Canada's Renata Fast scores on Switzerland's goalie Andrea Braendli during semifinal IIHF Women's World Championship hockey action in Calgary, Alta., Monday, Aug. 30, 2021. THE CANADIAN PRESS/Jeff McIntosh

Canada blanks Switzerland 4-0, meets U.S. for women’s world hockey gold

Canada blanks Switzerland 4-0, meets U.S. for women’s world hockey gold

CALGARY — Melodie Daoust hopes the first women’s world hockey championship final of her career yields gold for Canada.

The 29-year-old from Valleyfield, Que., scored twice to lead the host country in a 4-0 semifinal win over Switzerland on Monday.

Canada meets defending champion United States for the gold medal Tuesday.

The Americans are chasing a sixth straight world title and their ninth in the last 10 world championships.

Canada last won a world title in 2012 in Burlington, Vt.

“We’ve been waiting for this moment for way too long,” Daoust said.

Canada returns to the gold-medal game after falling to host Finland in a 2019 semifinal and taking bronze in Espoo.

It was the first time in the history of the tournament the Canadians didn’t reach the final.

Daoust is a two-time Olympian, but donned the Maple Leaf in a world championship for just the second time after her debut in Espoo.

“It was a long road, lots of ups and downs with injuries and really glad to be here as surrounded by this team,” Daoust said.

She leads the championship in scoring with six goals and six assists in six games ahead of linemate Natalie Spooner with four goals and five assists.

Renata Fast had a goal and an assist, Rebecca Johnston scored and Marie-Philip Poulin had two assists for host Canada, which remained unbeaten in the tournament.

Ann-Renee Desbiens posted a 10-save shutout. Andrea Braendli was a workhorse in Switzerland’s net stopping 61-of-65 shots.

“She’s a huge part (of) why it’s only four-nothing today,” Swiss captain Lara Stalder said.

The 2020 women’s championship was cancelled because of COVID-19. The 2021 tournament was rescheduled to Calgary in August when Nova Scotia called it off in May.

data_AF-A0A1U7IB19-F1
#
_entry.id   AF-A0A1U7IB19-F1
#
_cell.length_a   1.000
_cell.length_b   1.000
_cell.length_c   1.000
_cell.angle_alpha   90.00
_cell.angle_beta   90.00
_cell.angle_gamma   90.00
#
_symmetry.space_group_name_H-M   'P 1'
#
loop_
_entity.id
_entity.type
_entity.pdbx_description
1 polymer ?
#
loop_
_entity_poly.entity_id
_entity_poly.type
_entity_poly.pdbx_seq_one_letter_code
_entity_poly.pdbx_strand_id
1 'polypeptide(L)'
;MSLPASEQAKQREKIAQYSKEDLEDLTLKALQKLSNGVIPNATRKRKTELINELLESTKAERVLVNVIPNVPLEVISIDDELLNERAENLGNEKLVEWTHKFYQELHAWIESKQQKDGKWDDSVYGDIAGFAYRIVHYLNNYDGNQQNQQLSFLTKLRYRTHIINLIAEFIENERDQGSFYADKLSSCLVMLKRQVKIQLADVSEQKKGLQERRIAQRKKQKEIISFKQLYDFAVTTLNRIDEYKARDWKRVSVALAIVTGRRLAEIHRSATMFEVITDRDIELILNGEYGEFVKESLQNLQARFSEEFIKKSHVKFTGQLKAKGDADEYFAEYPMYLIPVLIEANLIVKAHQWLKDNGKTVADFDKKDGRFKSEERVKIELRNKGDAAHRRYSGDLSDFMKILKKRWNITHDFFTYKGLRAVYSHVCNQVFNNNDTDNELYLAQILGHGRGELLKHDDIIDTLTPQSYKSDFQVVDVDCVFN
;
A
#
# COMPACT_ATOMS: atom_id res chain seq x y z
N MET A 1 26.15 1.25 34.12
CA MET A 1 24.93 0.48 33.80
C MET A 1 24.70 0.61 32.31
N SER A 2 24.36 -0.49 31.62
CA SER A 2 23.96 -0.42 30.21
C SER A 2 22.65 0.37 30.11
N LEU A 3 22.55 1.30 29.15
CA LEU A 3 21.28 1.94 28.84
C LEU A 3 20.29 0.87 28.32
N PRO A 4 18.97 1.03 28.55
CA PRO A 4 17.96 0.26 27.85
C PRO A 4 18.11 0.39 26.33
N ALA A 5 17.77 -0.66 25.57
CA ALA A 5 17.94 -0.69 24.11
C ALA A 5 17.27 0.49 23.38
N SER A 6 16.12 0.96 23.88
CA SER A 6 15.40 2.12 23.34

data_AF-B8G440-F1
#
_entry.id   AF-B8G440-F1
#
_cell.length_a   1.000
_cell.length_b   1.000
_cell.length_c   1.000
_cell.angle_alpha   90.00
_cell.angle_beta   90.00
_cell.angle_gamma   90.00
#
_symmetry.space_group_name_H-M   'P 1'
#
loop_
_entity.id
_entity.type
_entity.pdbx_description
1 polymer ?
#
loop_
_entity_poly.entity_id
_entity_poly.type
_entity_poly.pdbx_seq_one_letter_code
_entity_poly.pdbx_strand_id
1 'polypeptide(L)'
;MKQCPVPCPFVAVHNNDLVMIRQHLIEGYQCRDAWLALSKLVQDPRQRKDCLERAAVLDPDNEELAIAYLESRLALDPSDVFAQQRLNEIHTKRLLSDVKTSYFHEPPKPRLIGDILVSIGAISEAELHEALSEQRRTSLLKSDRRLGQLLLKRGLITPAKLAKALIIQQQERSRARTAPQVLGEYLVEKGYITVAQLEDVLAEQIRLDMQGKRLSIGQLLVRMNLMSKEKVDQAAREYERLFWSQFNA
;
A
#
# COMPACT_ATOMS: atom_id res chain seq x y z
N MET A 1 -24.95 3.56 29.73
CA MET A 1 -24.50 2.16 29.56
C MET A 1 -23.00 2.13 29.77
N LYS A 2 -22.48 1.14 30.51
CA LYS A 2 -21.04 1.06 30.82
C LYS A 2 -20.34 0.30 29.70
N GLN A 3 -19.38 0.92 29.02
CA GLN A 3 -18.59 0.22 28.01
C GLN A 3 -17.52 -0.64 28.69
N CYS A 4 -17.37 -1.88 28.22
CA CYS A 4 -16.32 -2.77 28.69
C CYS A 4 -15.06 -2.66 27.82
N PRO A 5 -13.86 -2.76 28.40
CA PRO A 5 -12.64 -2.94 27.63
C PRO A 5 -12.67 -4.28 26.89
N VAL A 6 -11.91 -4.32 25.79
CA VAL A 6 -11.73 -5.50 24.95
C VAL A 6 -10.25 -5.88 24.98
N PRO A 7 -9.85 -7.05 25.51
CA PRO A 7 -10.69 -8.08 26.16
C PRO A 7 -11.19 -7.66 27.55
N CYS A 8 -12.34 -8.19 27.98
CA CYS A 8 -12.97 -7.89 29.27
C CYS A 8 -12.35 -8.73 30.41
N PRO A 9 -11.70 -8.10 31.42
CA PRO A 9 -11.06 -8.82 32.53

After the final buzzer, Daoust skated to the glass to wave to her three-year-old son Matheo. Daoust hasn’t held her son since July when she and her teammates arrived in Calgary.

“Way too long. It’s been 40 days-plus that we’ve been here in Calgary,” Daoust said. “It’s been a challenge for sure, but I’m really happy that I’m surrounded by all my friends here to pick me up every day.

“I guess it really helps when you have a goal in mind. He’s the reason why I’m here. And I want to prove (to) him that if you have a dream in mind, you want to go till the end for it. I hope he’s going to be proud of me.”

The Americans blanked Finland 3-0 earlier Monday.

Canada beat the U.S. 5-1 to cap the preliminary-round and post a 4-0 record in Pool A. Canada blanked Germany 7-0 in a quarterfinal.

The Swiss finished at the bottom of Pool A at 0-4.

A 3-2 overtime win over Russia in Saturday’s quarterfinal was Switzerland’s first victory of the tournament, and vaulted the Swiss into the final for the first time since 2012 when they won bronze.

Switzerland mustered the occasional foray into Canada’s zone Monday, but spent most of their time and energy in their own zone trying to keep the puck out of their own net.

Johnston wired a shot into the far corner for a power-play goal at 16:58 of the third period.

Canada made Switzerland pay for Sarah Forster’s glove to Emily Clark’s face after a whistle with Daoust’s power-play goal in the second period.

Poulin’s shot deflected off Daoust into the air and over Braendli at 5:20.

Daoust scored her first with a long re-direct of a Fast shot at 6:52 of the opening period.

Fast had a lot of net to work with from the slot when Brianne Jenner fed her from the wing at 5:14.

Canada blanked Switzerland 5-0 in the preliminary round and has yet to give up a goal to the Swiss in eight world championship meetings.

Finland and Switzerland will play for bronze, and Russia and Japan will meet in the fifth-place game Tuesday.

This report by The Canadian Press was first published Aug. 30, 2021.

Donna Spencer, The Canadian Press

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